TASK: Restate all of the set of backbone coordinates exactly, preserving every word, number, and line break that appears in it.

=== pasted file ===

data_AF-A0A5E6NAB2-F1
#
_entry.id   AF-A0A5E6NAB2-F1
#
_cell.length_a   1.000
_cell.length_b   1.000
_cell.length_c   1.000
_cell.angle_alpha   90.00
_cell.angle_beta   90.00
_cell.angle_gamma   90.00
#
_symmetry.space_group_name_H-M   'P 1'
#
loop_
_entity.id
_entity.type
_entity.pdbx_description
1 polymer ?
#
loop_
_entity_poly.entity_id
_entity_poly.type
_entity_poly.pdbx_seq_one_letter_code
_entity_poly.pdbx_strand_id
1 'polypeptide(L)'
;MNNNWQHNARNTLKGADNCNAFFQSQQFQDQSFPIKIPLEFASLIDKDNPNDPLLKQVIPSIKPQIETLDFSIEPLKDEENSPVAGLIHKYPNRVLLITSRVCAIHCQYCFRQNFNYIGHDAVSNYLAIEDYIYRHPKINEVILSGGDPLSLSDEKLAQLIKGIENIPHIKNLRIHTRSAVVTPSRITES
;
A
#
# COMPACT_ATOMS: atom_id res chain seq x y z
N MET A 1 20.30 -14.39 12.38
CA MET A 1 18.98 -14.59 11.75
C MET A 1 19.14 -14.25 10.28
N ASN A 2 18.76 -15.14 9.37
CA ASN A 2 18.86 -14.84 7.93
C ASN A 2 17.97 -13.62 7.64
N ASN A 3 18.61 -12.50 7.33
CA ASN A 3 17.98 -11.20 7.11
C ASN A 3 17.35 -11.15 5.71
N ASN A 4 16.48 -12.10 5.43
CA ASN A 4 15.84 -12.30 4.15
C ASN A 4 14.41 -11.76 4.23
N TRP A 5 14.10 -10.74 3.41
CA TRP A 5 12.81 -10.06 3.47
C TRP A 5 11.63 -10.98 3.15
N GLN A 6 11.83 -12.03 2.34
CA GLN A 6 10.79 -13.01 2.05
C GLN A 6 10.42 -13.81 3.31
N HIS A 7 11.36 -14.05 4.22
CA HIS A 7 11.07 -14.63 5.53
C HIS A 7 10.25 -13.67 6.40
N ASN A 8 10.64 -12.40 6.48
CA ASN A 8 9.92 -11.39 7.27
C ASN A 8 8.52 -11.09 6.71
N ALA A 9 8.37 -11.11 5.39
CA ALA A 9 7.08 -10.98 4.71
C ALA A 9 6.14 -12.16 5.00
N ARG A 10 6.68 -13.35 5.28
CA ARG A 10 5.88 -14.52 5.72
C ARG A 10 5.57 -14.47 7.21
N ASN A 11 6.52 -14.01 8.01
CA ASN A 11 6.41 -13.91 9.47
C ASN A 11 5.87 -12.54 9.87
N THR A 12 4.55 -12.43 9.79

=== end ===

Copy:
data_AF-A0A5E6NAB2-F1
#
_entry.id   AF-A0A5E6NAB2-F1
#
_cell.length_a   1.000
_cell.length_b   1.000
_cell.length_c   1.000
_cell.angle_alpha   90.00
_cell.angle_beta   90.00
_cell.angle_gamma   90.00
#
_symmetry.space_group_name_H-M   'P 1'
#
loop_
_entity.id
_entity.type
_entity.pdbx_description
1 polymer ?
#
loop_
_entity_poly.entity_id
_entity_poly.type
_entity_poly.pdbx_seq_one_letter_code
_entity_poly.pdbx_strand_id
1 'polypeptide(L)'
;MNNNWQHNARNTLKGADNCNAFFQSQQFQDQSFPIKIPLEFASLIDKDNPNDPLLKQVIPSIKPQIETLDFSIEPLKDEENSPVAGLIHKYPNRVLLITSRVCAIHCQYCFRQNFNYIGHDAVSNYLAIEDYIYRHPKINEVILSGGDPLSLSDEKLAQLIKGIENIPHIKNLRIHTRSAVVTPSRITES
;
A
#
# COMPACT_ATOMS: atom_id res chain seq x y z
N MET A 1 20.30 -14.39 12.38
CA MET A 1 18.98 -14.59 11.75
C MET A 1 19.14 -14.25 10.28
N ASN A 2 18.76 -15.14 9.37
CA ASN A 2 18.86 -14.84 7.93
C ASN A 2 17.97 -13.62 7.64
N ASN A 3 18.61 -12.50 7.33
CA ASN A 3 17.98 -11.20 7.11
C ASN A 3 17.35 -11.15 5.71
N ASN A 4 16.48 -12.10 5.43
CA ASN A 4 15.84 -12.30 4.15
C ASN A 4 14.41 -11.76 4.23
N TRP A 5 14.10 -10.74 3.41
CA TRP A 5 12.81 -10.06 3.47
C TRP A 5 11.63 -10.98 3.15
N GLN A 6 11.83 -12.03 2.34
CA GLN A 6 10.79 -13.01 2.05
C GLN A 6 10.42 -13.81 3.31
N HIS A 7 11.36 -14.05 4.22
CA HIS A 7 11.07 -14.63 5.53
C HIS A 7 10.25 -13.67 6.40
N ASN A 8 10.64 -12.40 6.48
CA ASN A 8 9.92 -11.39 7.27
C ASN A 8 8.52 -11.09 6.71
N ALA A 9 8.37 -11.11 5.39
CA ALA A 9 7.08 -10.98 4.71
C ALA A 9 6.14 -12.16 5.00
N ARG A 10 6.68 -13.35 5.28
CA ARG A 10 5.88 -14.52 5.72
C ARG A 10 5.57 -14.47 7.21
N ASN A 11 6.52 -14.01 8.01
CA ASN A 11 6.41 -13.91 9.47
C ASN A 11 5.87 -12.54 9.87
N THR A 12 4.55 -12.43 9.79